Friday, June 21, 2024

Practically Living Green

Showing practical reasons to live green.


Coal Consumption Will Increase Next Year

While the recent COP26 made it a sticking point to phase down coal usage, 2022 will see the opposite of that resolution. The new IEA Coal report for 2021 is here and in no uncertain terms, coal consumption is increasing.

In 2021, the demand for coal-fired power has reached a new high despite all of the pushback to retire coal. This increase is due to the three largest coal users: China, India, and the United States. Each is seeing a huge spike in demand.

This is just another example of how far off the world is from achieving its climate goals.

China Is The Biggest Problem When It Comes to Coal


While multiple countries are on the rise, none of them come remotely close to China in terms of coal consumption.

In 2021, China is responsible for half of the world’s coal-fired power generation. And due to the significant boost in demand from the pandemic, their industrial sector needs more energy to keep up. This has led to a 9% increase in demand for just China.

In fact, they are still suffering from a power shortage which causes power rationing throughout the country.

China has agreed to phase down coal, but that pledge will not start until 2025. Most research agrees the world needs to cut back today because it will just make achieving net-zero emissions impossible.

For reference, it is expected for the country to build an additional 150 GW of new coal plants by 2025.

Wait, The United States Is Burning More Coal?

This might come as a shocker as the current administration has been speaking doing a lot to fight climate change, but yes, the US is burning more coal.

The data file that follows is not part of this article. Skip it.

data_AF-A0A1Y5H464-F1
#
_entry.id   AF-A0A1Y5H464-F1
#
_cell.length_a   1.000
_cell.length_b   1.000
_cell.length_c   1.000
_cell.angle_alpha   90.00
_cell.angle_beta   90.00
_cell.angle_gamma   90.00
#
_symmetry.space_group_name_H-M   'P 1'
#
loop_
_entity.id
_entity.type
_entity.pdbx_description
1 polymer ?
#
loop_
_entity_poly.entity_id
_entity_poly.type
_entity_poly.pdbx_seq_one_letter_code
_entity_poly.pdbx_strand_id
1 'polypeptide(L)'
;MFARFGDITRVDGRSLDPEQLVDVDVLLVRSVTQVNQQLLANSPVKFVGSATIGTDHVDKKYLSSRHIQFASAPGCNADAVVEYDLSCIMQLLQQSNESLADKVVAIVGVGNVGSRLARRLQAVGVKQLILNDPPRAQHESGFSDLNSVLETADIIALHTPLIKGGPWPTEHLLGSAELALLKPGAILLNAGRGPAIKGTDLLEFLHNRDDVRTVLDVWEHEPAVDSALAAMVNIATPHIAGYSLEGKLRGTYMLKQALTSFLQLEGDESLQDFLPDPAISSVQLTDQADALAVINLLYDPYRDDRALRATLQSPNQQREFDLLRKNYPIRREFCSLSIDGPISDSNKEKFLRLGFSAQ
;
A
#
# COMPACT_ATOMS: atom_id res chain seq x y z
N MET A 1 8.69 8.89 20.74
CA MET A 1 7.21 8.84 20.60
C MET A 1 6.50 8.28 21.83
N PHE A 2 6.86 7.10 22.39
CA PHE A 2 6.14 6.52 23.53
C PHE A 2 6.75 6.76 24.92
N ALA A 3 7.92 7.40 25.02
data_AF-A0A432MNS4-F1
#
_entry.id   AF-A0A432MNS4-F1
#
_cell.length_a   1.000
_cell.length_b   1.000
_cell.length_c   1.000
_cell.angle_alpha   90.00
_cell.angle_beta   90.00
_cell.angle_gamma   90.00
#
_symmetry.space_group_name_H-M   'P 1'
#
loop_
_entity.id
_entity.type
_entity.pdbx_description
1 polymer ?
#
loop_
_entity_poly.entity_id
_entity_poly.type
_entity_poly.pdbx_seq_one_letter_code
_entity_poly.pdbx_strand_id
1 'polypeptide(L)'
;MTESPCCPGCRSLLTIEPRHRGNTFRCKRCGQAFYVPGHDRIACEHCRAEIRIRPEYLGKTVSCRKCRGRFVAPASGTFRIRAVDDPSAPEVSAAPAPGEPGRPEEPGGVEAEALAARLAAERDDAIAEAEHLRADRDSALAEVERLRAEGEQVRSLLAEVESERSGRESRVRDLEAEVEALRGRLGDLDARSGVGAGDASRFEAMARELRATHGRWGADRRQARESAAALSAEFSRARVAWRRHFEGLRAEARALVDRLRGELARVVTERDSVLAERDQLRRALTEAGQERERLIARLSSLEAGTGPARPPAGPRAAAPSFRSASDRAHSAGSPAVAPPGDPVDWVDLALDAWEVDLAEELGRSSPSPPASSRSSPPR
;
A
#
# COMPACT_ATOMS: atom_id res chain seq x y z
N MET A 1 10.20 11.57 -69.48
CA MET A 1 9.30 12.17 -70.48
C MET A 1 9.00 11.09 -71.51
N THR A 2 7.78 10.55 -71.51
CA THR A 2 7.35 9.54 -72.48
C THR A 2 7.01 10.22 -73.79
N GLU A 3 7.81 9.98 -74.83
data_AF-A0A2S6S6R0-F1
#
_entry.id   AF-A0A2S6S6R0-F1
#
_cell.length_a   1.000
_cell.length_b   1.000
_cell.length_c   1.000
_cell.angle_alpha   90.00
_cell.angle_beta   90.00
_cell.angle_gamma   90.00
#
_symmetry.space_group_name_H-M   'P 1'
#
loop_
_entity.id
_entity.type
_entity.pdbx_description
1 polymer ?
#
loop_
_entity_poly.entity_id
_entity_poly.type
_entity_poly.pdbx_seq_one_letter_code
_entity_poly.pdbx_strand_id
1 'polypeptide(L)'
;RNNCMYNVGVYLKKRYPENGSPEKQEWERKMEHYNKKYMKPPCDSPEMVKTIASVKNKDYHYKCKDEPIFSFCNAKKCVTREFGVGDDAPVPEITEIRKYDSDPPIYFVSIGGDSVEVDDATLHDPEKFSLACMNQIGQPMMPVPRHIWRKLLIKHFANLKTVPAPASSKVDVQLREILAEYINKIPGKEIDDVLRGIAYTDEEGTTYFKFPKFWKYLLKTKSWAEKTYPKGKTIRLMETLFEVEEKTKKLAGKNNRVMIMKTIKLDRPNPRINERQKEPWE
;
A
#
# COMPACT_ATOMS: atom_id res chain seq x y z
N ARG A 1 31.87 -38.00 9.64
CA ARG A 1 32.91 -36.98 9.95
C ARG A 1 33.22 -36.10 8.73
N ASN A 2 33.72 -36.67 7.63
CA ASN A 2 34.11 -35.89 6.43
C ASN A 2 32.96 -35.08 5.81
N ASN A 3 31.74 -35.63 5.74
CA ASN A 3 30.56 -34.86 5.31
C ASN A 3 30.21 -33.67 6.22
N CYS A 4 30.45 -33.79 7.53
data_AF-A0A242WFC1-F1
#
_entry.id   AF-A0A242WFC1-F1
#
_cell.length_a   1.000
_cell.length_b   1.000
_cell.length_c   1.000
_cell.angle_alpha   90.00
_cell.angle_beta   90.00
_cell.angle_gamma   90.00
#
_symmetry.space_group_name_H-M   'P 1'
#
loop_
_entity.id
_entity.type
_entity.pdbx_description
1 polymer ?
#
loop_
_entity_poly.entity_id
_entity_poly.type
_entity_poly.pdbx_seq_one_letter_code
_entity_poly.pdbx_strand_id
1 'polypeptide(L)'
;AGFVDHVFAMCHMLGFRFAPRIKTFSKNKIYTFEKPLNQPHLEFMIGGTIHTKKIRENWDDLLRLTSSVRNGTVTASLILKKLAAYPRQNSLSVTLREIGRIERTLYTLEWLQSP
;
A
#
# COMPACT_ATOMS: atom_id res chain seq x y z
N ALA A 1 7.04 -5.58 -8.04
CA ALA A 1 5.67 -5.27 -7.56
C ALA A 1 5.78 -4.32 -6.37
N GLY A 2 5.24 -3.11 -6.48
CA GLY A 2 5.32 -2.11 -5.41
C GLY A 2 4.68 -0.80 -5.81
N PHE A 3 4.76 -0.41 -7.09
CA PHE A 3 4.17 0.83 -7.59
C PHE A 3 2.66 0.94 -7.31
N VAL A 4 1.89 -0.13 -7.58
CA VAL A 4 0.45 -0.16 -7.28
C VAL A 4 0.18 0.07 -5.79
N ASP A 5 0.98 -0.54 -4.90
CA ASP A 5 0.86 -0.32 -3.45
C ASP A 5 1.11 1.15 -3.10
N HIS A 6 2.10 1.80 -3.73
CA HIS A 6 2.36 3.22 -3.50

So I guess the real question is why?

It’s pretty simple, price. In the last few years, natural gas prices were very low because the previous administration encouraged more drilling and fracking, but that changed.

As a result, the US has stopped producing cheap natural gas for itself and the world.

While the idea was to promote more renewable energy sources, the reality of the situation is that coal, once again, became the cheaper option to produce energy. Thus, the US is burning more coal because it is cheaper than natural gas.

This will lead to a greater carbon footprint than when natural gas was being used in the US.

Ultimately, coal consumption in the US will come down to price. If it is cheaper than natural gas, it will continue to increase.

Is Coal Coming Back?

Yes and no. It’s complicated.

There is no denying that coal consumption is increasing. It’s reliable, usually cheap, and abundant. That’s why it’s been the king of the energy sector for so long. Yet there is also no denying that the world is against coal.

It’s bad for the environment, pollutes the air, and leads to a myriad of health concerns, especially for the coal miners themselves. What we are seeing is part of the world responding to the global pandemic.

It has increased power consumption as more people are home and ordering more products online.

While it’s unlikely to subside next year, I think the coal bubble will pop by 2023.

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Robert Giaquinto

Robert has been following and writing about environmental stories for years at GreenGeeks. He believes that highlighting environmentally friendly practices can help promote change in every household.

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